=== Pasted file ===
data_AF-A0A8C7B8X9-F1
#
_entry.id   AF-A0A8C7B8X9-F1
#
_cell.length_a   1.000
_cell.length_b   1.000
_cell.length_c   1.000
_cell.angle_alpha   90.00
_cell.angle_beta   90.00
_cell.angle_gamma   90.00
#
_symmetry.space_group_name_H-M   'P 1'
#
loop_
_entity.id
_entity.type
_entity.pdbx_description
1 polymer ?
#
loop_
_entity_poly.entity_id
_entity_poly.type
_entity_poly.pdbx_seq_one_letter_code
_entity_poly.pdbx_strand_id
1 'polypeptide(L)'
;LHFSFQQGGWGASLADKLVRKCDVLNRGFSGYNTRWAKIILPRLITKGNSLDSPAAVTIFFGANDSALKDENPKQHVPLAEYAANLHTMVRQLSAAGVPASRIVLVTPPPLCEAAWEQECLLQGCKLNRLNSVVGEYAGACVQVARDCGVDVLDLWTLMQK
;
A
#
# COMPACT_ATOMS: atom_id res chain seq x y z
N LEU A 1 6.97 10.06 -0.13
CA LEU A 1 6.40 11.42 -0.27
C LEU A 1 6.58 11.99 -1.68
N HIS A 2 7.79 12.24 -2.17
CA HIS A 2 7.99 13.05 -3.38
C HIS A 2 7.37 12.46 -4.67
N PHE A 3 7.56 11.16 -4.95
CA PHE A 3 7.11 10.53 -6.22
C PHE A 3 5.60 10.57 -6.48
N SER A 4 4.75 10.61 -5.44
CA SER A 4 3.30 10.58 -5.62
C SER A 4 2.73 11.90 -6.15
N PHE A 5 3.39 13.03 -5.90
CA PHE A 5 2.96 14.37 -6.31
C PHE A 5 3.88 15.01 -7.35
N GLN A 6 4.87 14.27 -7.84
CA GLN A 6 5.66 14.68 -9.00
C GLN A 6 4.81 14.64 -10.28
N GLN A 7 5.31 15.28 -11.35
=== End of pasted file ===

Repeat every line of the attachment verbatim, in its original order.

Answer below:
data_AF-A0A8C7B8X9-F1
#
_entry.id   AF-A0A8C7B8X9-F1
#
_cell.length_a   1.000
_cell.length_b   1.000
_cell.length_c   1.000
_cell.angle_alpha   90.00
_cell.angle_beta   90.00
_cell.angle_gamma   90.00
#
_symmetry.space_group_name_H-M   'P 1'
#
loop_
_entity.id
_entity.type
_entity.pdbx_description
1 polymer ?
#
loop_
_entity_poly.entity_id
_entity_poly.type
_entity_poly.pdbx_seq_one_letter_code
_entity_poly.pdbx_strand_id
1 'polypeptide(L)'
;LHFSFQQGGWGASLADKLVRKCDVLNRGFSGYNTRWAKIILPRLITKGNSLDSPAAVTIFFGANDSALKDENPKQHVPLAEYAANLHTMVRQLSAAGVPASRIVLVTPPPLCEAAWEQECLLQGCKLNRLNSVVGEYAGACVQVARDCGVDVLDLWTLMQK
;
A
#
# COMPACT_ATOMS: atom_id res chain seq x y z
N LEU A 1 6.97 10.06 -0.13
CA LEU A 1 6.40 11.42 -0.27
C LEU A 1 6.58 11.99 -1.68
N HIS A 2 7.79 12.24 -2.17
CA HIS A 2 7.99 13.05 -3.38
C HIS A 2 7.37 12.46 -4.67
N PHE A 3 7.56 11.16 -4.95
CA PHE A 3 7.11 10.53 -6.22
C PHE A 3 5.60 10.57 -6.48
N SER A 4 4.75 10.61 -5.44
CA SER A 4 3.30 10.58 -5.62
C SER A 4 2.73 11.90 -6.15
N PHE A 5 3.39 13.03 -5.90
CA PHE A 5 2.96 14.37 -6.31
C PHE A 5 3.88 15.01 -7.35
N GLN A 6 4.87 14.27 -7.84
CA GLN A 6 5.66 14.68 -9.00
C GLN A 6 4.81 14.64 -10.28
N GLN A 7 5.31 15.28 -11.35